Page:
The threshold numbers are only applicable for recall petitions relating to MLAs and do not impact recall petitions for municipal officials.

Petitions to Form a New Political Party

One of the methods to register a new political party is submitting a petition containing signatures from at least 0.3 per cent of the total number of electors that were eligible to vote in the last general election. Based on the Post Election Day List of Electors, the number of signatures required for a petition is 8,819. For more details on registering a new political party visit:

Additional Details

List of Elector counts by electoral division and historical List of Elector counts are available at

The Chief Electoral Officer’s Report on the 2023 Provincial General Election will be released in May 2024. The report will include additional information on processes used to update the List of Electors and current demographics of the Register of Electors.

Elections Alberta is an independent, non-partisan office of the Legislative Assembly of Alberta responsible for administering provincial elections, by-elections, and referenda.

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2023 Election

Alberta Election Campaign 2023: Day 22

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From the Alberta Institute

Campaign Roundup – Day 22:

  • It’s May long weekend, but that didn’t stop both parties from campaigning, as early voting begins tomorrow! To locate your advance polling station, you can use this tool from Elections Alberta.
  • A new Abacus Data poll suggests that province-wide, the UCP leads the NDP 51% to 47%, while in battleground Calgary, the UCP leads 51% to 46%. Those numbers still suggest a pretty tight race, but a significant improvement for the UCP since last week’s debate.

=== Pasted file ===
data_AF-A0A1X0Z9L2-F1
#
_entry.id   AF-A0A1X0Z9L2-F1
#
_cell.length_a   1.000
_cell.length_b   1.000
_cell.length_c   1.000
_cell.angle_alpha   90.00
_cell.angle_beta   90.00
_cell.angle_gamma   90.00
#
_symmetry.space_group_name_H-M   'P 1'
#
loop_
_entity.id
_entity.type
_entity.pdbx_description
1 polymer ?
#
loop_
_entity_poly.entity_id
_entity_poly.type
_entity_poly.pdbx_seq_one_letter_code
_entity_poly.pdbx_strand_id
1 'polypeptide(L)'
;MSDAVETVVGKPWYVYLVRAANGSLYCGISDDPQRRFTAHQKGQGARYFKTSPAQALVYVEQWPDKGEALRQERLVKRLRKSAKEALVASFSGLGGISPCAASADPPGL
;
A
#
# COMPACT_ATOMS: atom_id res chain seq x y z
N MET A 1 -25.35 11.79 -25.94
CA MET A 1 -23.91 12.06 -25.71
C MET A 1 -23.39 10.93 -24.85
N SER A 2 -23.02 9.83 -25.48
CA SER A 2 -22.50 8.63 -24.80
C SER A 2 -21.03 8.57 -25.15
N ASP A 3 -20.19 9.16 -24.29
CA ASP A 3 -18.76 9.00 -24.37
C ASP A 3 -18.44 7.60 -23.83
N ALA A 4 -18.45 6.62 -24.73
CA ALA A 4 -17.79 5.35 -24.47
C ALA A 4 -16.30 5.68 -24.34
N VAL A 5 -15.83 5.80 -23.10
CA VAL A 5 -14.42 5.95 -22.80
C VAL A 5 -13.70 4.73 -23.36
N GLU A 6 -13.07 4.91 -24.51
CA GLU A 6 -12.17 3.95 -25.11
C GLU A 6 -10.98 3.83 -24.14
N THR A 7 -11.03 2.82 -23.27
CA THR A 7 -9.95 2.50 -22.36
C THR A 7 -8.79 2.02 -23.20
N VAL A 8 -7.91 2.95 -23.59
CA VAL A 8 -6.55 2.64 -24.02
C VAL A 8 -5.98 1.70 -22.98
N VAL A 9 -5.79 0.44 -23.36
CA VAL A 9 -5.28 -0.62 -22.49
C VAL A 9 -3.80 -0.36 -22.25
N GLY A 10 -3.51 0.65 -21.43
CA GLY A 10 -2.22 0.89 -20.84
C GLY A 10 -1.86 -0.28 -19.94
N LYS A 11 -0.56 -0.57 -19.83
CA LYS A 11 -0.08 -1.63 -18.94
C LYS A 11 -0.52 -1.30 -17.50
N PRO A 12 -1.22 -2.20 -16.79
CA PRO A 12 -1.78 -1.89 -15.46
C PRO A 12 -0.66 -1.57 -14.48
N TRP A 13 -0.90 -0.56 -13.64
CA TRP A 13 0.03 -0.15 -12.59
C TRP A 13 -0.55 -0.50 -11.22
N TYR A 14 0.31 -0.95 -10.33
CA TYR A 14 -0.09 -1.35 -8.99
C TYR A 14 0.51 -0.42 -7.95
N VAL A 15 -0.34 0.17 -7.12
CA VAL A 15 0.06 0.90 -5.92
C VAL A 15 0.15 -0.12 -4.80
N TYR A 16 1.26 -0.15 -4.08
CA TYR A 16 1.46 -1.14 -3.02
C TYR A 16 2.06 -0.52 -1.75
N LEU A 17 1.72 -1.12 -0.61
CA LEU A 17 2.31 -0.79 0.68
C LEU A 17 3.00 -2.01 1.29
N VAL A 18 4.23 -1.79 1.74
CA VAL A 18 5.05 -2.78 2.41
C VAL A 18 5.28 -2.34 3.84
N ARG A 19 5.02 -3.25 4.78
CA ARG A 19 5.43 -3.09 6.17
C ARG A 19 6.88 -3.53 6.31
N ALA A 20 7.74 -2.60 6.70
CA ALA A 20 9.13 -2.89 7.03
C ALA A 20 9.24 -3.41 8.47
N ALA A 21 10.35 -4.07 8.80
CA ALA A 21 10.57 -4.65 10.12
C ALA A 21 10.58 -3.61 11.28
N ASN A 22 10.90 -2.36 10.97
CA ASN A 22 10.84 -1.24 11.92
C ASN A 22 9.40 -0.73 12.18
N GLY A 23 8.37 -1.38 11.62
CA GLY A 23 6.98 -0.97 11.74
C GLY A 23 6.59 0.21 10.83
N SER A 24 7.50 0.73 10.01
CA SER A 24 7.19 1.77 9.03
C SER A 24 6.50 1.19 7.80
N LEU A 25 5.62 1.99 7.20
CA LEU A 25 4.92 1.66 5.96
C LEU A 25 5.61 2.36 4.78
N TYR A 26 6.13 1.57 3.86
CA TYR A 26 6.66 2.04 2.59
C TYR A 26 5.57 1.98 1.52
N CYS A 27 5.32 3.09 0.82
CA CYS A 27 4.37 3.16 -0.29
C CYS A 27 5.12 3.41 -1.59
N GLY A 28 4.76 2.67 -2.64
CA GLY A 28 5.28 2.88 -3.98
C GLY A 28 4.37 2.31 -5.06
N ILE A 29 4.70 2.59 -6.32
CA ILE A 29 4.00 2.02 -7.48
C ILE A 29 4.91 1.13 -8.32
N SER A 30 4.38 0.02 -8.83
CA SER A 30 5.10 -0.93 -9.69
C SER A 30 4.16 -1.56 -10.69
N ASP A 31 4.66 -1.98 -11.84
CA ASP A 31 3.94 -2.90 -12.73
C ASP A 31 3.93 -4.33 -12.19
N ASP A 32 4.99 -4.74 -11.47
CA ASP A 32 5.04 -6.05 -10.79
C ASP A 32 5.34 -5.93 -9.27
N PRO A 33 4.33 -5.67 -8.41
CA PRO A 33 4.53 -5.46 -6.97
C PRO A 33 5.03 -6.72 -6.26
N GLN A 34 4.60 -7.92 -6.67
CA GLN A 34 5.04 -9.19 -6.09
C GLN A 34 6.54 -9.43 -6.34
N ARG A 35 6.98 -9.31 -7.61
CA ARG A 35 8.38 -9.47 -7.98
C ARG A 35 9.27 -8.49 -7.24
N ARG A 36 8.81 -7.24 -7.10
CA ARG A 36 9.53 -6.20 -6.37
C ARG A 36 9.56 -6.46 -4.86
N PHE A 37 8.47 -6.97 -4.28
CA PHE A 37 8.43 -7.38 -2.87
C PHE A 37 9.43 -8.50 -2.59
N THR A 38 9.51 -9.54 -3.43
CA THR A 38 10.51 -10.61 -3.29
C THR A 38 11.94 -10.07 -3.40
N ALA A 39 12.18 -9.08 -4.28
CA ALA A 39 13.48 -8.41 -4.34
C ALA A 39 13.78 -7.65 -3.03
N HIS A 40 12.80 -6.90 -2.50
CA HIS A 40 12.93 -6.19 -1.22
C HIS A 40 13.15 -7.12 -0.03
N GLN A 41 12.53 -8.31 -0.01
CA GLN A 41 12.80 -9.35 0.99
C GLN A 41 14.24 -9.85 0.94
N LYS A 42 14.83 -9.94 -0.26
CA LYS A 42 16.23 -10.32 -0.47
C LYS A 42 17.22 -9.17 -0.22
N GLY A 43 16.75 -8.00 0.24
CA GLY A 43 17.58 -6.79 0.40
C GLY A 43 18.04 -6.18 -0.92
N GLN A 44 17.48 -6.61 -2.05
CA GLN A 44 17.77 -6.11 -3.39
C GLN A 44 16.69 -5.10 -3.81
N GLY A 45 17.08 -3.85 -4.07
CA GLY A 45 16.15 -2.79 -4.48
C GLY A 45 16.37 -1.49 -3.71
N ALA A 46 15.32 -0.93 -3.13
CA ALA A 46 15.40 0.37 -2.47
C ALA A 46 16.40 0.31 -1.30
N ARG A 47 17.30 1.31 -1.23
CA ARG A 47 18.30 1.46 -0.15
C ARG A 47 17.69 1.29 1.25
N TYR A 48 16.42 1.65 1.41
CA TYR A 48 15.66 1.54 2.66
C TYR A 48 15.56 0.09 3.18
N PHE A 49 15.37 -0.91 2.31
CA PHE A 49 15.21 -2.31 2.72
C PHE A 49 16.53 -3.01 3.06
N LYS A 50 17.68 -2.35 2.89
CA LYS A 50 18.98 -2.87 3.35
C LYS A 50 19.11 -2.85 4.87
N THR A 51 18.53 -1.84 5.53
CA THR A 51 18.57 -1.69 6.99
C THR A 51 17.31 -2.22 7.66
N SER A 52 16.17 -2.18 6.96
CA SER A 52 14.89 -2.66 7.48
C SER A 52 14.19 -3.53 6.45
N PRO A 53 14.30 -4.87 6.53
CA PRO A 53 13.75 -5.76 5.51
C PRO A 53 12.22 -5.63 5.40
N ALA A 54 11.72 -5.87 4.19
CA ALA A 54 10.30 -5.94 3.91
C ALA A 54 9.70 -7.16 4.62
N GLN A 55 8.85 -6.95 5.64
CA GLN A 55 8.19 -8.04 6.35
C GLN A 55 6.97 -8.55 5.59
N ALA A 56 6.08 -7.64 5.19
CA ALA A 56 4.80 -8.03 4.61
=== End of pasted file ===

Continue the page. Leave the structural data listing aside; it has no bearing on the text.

• Leaders, candidates, and volunteers were out in swing ridings. Rachel Notley held a rally in Calgary-Acadia, where Diana Batten from the NDP is looking to take the seat from the UCP’s Tyler Shandro.
  • Nate Horner, UCP Candidate for Drumheller-Stettler, held a press conference. He spoke to the ways that his party plans to make life more affordable for Albertans, and reminded people about the NDP’s carbon tax. He said the UCP is “extremely bullish” on nuclear energy and that he never met a tax cut he didn’t like!
  • Brian Jean, UCP Candidate for Fort McMurray-Lac La Biche, touted the benefits of the Film and Television Tax Credit in helping Alberta become a first-choice destination for producers.
  • A series of clever new signs had been popping up around the province, countering the NDP’s “What Will She Do Next?” attack ads, by explaining exactly what Smith will do next. The counter-signs appear to have been so effective that the NDP are now removing their original signs. There’s an old adage in politics – never ask an open-ended question, because it lets your opponent answer it!
  • Meanwhile, NDP-aligned Calgary City Councillor Kourtney Penner clearly didn’t get the memo from Rachel Notley about keeping the woke marxism quiet for another week… Councillor Penner took to twitter to call Calgarians who support holding a fireworks show on Canada Day racists. Yes, seriously! Our friends at Common Sense Calgary are running a petition to restore the fireworks show, which you can sign here.

  • Finally, in a sweet moment of putting aside differences, Danielle Smith wished a speedy recovery to Rachel Notley’s dog, who appeared to have been in a disagreement with a porcupine.